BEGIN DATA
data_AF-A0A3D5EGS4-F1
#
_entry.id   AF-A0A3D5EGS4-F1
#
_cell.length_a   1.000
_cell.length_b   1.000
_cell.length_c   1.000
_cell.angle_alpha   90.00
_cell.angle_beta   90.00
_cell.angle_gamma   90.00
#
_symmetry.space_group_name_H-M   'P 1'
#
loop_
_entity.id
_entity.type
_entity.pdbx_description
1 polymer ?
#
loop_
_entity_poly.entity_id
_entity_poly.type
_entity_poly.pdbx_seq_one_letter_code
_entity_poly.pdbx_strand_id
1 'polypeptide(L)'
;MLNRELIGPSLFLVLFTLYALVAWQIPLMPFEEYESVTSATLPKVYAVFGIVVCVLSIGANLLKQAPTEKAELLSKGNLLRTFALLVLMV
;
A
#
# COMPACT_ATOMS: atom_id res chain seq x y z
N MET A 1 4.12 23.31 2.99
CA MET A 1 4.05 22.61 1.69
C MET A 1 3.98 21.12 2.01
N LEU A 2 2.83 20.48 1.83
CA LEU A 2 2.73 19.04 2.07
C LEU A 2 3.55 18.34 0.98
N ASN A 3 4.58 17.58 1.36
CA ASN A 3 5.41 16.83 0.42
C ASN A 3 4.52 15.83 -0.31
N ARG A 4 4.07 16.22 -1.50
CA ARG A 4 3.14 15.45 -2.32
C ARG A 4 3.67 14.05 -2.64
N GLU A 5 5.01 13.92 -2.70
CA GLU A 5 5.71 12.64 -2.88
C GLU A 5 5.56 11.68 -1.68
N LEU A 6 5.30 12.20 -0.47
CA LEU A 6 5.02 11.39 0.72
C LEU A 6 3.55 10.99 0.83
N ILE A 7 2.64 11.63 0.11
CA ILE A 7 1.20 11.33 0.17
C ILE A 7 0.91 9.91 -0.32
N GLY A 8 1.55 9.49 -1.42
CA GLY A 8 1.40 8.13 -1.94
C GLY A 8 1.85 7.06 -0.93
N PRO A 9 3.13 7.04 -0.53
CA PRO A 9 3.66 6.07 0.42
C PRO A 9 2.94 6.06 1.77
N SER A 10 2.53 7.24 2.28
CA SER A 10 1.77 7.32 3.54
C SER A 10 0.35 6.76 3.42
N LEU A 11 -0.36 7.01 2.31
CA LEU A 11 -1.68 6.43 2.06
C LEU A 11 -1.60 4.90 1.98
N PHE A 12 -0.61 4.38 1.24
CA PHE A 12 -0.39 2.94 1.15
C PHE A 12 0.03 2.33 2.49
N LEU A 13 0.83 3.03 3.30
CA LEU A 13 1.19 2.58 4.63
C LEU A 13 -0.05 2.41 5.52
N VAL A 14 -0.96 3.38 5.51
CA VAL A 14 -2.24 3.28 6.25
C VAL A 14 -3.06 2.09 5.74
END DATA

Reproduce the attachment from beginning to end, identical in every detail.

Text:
data_AF-A0A3D5EGS4-F1
#
_entry.id   AF-A0A3D5EGS4-F1
#
_cell.length_a   1.000
_cell.length_b   1.000
_cell.length_c   1.000
_cell.angle_alpha   90.00
_cell.angle_beta   90.00
_cell.angle_gamma   90.00
#
_symmetry.space_group_name_H-M   'P 1'
#
loop_
_entity.id
_entity.type
_entity.pdbx_description
1 polymer ?
#
loop_
_entity_poly.entity_id
_entity_poly.type
_entity_poly.pdbx_seq_one_letter_code
_entity_poly.pdbx_strand_id
1 'polypeptide(L)'
;MLNRELIGPSLFLVLFTLYALVAWQIPLMPFEEYESVTSATLPKVYAVFGIVVCVLSIGANLLKQAPTEKAELLSKGNLLRTFALLVLMV
;
A
#
# COMPACT_ATOMS: atom_id res chain seq x y z
N MET A 1 4.12 23.31 2.99
CA MET A 1 4.05 22.61 1.69
C MET A 1 3.98 21.12 2.01
N LEU A 2 2.83 20.48 1.83
CA LEU A 2 2.73 19.04 2.07
C LEU A 2 3.55 18.34 0.98
N ASN A 3 4.58 17.58 1.36
CA ASN A 3 5.41 16.83 0.42
C ASN A 3 4.52 15.83 -0.31
N ARG A 4 4.07 16.22 -1.50
CA ARG A 4 3.14 15.45 -2.32
C ARG A 4 3.67 14.05 -2.64
N GLU A 5 5.01 13.92 -2.70
CA GLU A 5 5.71 12.64 -2.88
C GLU A 5 5.56 11.68 -1.68
N LEU A 6 5.30 12.20 -0.47
CA LEU A 6 5.02 11.39 0.72
C LEU A 6 3.55 10.99 0.83
N ILE A 7 2.64 11.63 0.11
CA ILE A 7 1.20 11.33 0.17
C ILE A 7 0.91 9.91 -0.32
N GLY A 8 1.55 9.49 -1.42
CA GLY A 8 1.40 8.13 -1.94
C GLY A 8 1.85 7.06 -0.93
N PRO A 9 3.13 7.04 -0.53
CA PRO A 9 3.66 6.07 0.42
C PRO A 9 2.94 6.06 1.77
N SER A 10 2.53 7.24 2.28
CA SER A 10 1.77 7.32 3.54
C SER A 10 0.35 6.76 3.42
N LEU A 11 -0.36 7.01 2.31
CA LEU A 11 -1.68 6.43 2.06
C LEU A 11 -1.60 4.90 1.98
N PHE A 12 -0.61 4.38 1.24
CA PHE A 12 -0.39 2.94 1.15
C PHE A 12 0.03 2.33 2.49
N LEU A 13 0.83 3.03 3.30
CA LEU A 13 1.19 2.58 4.63
C LEU A 13 -0.05 2.41 5.52
N VAL A 14 -0.96 3.38 5.51
CA VAL A 14 -2.24 3.28 6.25
C VAL A 14 -3.06 2.09 5.74